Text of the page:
One of the commonest reasons why patients come to our general medical clinic is fever.
On questioning, many of them have a high fever for a day or two, that is associated with burning sensation when they pass urine. It is likely that the patient is suffering from an infection in the urine, commonly called UTI, or urinary tract infection.
Given how common this is, we thought we should briefly touch upon what a UTI is, and how it is treated.
What Is A Urine Infection?
A urinary tract infection, also called a urine infection, refers to an infection that has affected the bladder or any other part of the urinary system.
It is commoner in women when compared to men, and is often seen in older individuals.
Before we dive into urine infections and how they are managed, here is a brief look at the urinary tract, or your urinary excretory system.
Our body requires a number of different nutrients to function normally. Vitamin D is one such nutrient that has a variety of different functions in the body. Women (and men) in India are surprisingly low in Vitamin D levels. This can have detrimental effects on the body, and can affect your health in the long term.
Let’s take a brief look at why this vitamin is essential, and how low levels can affect your health.
What Is Vitamin D?
Our body requires vitamins and minerals that ensure normal functioning of all the cells in the body.
Vitamin D is what is called a ‘fat soluble’ vitamin, and forms an essential component of our bones. It plays an important role in the regulation of calcium and phosphate levels in the blood, and these are primary components of bones and teeth.
Once vitamin D is synthesized in the body, it is converting into an active hormone in order to exert its benefits.
What Are The Sources?
Vitamin D is primarily obtained from sunlight. Our skin absorbs the sunlight, and a series of different chemical reactions occur which ultimately results in the production of vitamin D. While a detailed discussion regarding how this occurs is out of the scope of this article, we thought we would include a diagram that illustrates this for those who love science!
There has been a lot of chatter in the last few weeks about the Coronavirus infection pandemic. Hundreds of thousands of people have been affected, and there have been a large number of casualties.
These are no doubt stressful times for all of us.
There have been a plethora of reports about how many people are affected on printed media. There have been even more falsehoods shared about the coronavirus infection on social media.
Many of these talk about the symptoms in short, with only some reports really covering what could happen should you get affected.
Preventive measures are the best way to limit spread and to avoid a pandemic of outstanding proportions. But what you should do to ensure you don’t get this infection is a discussion for another day.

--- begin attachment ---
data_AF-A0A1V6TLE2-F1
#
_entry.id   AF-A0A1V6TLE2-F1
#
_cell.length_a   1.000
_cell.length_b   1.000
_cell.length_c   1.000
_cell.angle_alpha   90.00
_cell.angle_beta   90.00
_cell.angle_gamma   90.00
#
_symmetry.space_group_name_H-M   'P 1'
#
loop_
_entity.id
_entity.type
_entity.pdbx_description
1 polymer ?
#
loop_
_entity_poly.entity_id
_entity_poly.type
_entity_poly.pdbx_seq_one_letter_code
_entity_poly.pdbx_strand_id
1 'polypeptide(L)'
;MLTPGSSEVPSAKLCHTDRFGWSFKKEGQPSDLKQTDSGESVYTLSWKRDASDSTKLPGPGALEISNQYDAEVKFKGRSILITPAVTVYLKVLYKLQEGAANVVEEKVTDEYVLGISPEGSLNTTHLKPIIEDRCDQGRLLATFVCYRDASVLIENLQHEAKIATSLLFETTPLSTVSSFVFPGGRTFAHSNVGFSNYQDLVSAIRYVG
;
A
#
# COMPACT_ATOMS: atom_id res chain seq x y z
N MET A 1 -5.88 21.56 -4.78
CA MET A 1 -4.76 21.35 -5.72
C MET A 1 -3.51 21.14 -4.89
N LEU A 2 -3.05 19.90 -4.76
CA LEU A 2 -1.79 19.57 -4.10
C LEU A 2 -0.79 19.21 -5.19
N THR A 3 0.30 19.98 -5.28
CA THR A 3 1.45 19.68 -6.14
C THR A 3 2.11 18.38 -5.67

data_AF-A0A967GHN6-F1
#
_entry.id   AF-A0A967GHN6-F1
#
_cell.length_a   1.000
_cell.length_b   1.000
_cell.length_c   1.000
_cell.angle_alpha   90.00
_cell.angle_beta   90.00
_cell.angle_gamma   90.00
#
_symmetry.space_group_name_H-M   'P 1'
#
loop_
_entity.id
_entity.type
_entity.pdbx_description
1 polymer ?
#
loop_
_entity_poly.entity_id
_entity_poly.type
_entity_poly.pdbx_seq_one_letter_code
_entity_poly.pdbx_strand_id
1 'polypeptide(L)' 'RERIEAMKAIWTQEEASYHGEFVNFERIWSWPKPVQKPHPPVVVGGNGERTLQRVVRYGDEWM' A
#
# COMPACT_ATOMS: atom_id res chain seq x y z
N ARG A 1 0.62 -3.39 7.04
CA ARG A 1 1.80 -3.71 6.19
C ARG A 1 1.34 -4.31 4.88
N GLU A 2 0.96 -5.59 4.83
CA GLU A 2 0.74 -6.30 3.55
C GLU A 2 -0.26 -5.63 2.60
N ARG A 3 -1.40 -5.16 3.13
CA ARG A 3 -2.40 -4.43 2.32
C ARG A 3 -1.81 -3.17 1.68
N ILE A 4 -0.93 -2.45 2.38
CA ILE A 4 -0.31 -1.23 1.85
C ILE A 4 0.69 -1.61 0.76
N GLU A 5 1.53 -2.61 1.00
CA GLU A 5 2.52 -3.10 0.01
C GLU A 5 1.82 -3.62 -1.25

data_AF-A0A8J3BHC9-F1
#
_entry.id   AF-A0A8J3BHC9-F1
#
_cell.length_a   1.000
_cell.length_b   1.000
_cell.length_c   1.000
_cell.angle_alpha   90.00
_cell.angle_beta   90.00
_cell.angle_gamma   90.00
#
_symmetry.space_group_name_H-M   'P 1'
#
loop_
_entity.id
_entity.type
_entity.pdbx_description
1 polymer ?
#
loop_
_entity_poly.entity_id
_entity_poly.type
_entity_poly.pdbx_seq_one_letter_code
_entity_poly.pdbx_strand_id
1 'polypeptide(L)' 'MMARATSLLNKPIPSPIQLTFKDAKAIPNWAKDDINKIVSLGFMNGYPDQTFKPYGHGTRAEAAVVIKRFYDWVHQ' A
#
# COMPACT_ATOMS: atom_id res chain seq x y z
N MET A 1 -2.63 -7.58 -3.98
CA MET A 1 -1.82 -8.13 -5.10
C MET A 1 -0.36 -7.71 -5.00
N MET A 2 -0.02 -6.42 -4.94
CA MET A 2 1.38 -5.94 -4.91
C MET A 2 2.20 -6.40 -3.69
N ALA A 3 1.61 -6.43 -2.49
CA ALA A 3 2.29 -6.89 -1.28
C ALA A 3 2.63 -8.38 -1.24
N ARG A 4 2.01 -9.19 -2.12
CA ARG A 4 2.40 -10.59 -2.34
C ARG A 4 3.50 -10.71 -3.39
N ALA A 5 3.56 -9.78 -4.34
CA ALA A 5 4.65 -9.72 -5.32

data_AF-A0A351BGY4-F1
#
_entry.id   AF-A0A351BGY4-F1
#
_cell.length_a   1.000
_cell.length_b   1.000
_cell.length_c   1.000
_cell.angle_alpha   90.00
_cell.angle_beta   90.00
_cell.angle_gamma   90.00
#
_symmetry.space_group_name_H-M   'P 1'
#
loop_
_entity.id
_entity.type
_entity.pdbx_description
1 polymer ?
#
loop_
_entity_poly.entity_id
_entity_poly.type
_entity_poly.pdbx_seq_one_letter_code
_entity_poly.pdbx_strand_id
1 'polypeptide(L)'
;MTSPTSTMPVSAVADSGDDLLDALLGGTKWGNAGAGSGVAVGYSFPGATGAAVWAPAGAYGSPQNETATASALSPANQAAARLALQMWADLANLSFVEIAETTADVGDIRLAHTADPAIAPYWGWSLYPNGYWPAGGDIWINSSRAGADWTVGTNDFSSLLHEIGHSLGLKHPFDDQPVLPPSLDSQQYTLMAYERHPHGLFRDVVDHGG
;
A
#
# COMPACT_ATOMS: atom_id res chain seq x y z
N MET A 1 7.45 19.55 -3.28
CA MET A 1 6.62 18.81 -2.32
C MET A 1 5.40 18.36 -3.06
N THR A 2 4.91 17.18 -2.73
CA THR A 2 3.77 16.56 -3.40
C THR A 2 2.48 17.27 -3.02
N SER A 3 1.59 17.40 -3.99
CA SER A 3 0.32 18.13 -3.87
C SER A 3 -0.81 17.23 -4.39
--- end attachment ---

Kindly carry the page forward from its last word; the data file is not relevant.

I have a feeling you probably know about it anyway. If you don’t, I have an article for you here.
Today, I will talk about what you can expect should you get affected by the virus.
My information in this article is from reliable sources – Emcrit, New England Journal, etc – that have detailed guidelines on how doctors should manage this condition.
I will try and simplify it to the best of my ability here.
Transmission Of COVID -19
The transmission of the virus appears primarily to be through droplets floating around in the air. These droplets tend to be fairly large and can catapult to around 6 feet from the patient if they cough or sneeze.
The droplets can also be smaller in the form of aerosols (airborne) that float around in the air.
Larger droplets do not penetrate the normal surgical mask. However, to prevent getting affected by aerosols, the N-95 mask is a lot more effective than the surgical mask.
I figure you might be confused about what droplet infection and airborne infections actually are.
This is not a new confusion; it has existed previously as well during the times of Ebola virus and other viral infections.
Let me explain.
Large droplets are generated when a person coughs or sneezes. These large droplets directly land in a person’s eyes, nose or mouth.
So if you in close proximity to someone with COVID-19 infection and they sneeze, large droplets would land on your face and infect you.
Similarly, it is the large droplets that land on surfaces. When you touch these surfaces and then touch your face, nose or mouth, you can introduce these droplets into your system (hence the advice to stop touching your face).
An airborne infection is one where the virus floats around through the air long after the person coughs or sneezes. For example, if a person sneezes and then leaves a room, the virus continues to float around in the air for a while, and does not land on any surfaces.
These viruses can still be inhaled a long time after the person affected has left the vicinity. An example of an airborne illness is tuberculosis.
Currently, it is believed that the Coronavirus COVID-19 primarily spreads through droplet infection. The airborne route is still controversial, but not implausible, as published in an article in the New England Journal Of Medicine (NEJM).